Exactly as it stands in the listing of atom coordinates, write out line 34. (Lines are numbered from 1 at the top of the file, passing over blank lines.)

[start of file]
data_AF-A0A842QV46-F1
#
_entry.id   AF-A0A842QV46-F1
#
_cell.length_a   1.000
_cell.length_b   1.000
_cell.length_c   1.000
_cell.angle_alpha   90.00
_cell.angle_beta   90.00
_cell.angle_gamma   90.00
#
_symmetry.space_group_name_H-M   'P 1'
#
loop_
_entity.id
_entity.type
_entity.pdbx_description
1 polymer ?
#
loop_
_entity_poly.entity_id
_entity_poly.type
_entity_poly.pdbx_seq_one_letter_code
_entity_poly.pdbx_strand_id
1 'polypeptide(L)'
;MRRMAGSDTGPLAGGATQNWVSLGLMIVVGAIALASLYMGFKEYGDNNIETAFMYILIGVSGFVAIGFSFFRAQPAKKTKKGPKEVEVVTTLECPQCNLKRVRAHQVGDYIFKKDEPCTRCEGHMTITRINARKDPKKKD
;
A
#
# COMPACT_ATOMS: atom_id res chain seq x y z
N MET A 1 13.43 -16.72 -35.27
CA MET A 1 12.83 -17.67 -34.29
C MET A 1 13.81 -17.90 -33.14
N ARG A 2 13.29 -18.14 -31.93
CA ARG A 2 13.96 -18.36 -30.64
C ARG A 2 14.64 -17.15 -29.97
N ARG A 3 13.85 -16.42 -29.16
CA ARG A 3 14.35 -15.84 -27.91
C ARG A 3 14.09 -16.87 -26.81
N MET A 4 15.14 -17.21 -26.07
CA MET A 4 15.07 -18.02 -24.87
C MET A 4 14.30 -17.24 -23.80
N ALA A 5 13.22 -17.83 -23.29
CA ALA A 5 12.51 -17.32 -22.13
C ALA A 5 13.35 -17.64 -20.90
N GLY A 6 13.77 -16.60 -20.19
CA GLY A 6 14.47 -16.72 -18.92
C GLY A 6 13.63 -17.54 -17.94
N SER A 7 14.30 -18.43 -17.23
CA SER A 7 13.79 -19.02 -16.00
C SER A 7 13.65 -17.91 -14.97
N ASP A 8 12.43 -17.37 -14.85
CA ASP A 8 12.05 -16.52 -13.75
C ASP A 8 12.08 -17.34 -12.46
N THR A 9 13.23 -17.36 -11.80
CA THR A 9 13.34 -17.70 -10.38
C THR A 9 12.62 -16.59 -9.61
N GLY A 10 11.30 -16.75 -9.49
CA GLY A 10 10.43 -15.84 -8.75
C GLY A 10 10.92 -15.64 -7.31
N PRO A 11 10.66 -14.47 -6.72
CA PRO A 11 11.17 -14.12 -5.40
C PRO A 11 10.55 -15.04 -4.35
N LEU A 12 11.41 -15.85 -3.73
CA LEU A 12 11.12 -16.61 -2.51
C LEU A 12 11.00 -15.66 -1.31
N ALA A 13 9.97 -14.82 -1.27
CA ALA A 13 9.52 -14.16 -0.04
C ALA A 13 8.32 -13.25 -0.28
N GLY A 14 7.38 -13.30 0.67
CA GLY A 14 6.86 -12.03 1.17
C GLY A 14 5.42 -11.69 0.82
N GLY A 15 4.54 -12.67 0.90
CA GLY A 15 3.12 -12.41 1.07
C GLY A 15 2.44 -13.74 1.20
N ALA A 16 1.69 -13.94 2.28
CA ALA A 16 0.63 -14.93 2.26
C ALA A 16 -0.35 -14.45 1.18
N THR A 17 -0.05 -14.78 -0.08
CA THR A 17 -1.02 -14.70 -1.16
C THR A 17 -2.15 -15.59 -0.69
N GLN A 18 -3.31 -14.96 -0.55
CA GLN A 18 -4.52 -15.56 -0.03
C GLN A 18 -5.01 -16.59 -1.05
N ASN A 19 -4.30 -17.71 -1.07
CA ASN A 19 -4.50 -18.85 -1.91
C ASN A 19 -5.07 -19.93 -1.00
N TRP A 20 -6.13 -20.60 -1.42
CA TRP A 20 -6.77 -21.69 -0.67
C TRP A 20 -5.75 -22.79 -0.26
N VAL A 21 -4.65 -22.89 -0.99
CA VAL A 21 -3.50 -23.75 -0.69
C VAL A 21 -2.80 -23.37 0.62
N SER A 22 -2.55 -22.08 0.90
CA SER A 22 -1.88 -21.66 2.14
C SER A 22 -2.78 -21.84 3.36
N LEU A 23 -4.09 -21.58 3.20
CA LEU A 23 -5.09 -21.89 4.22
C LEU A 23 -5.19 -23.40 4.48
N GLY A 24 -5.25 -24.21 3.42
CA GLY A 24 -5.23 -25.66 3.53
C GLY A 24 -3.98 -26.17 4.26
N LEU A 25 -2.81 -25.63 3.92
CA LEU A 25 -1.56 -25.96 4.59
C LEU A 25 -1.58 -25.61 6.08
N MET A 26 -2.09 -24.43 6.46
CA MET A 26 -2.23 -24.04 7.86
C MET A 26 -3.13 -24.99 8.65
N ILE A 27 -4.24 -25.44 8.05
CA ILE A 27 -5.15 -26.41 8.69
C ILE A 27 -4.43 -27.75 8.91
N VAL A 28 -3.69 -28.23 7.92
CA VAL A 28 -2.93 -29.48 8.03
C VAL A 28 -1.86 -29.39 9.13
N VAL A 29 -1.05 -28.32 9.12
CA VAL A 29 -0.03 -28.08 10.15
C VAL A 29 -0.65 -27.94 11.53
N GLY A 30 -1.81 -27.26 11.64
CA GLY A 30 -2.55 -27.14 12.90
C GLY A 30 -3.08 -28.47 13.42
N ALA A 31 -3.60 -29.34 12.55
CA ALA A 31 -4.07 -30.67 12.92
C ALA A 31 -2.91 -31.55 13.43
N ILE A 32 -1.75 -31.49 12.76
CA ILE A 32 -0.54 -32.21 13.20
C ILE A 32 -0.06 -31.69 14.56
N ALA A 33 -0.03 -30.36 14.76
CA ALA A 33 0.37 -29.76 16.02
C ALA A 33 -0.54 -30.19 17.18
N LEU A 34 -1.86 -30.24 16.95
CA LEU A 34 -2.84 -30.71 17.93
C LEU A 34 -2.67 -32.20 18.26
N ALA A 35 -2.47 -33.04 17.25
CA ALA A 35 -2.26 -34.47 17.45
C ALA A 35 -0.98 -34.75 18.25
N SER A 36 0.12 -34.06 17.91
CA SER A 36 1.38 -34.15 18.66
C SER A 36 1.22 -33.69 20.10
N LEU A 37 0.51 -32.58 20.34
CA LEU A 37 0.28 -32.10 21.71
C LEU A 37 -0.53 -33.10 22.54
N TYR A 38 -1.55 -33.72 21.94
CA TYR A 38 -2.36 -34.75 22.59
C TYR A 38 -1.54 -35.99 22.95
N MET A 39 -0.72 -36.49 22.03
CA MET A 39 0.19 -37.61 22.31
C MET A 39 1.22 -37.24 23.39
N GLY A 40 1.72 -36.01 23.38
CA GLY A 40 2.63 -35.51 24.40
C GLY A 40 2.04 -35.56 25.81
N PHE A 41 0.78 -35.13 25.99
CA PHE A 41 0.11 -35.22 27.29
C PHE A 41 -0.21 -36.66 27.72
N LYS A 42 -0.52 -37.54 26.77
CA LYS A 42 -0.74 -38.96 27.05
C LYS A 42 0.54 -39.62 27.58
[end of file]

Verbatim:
N ARG A 2 13.29 -18.14 -31.93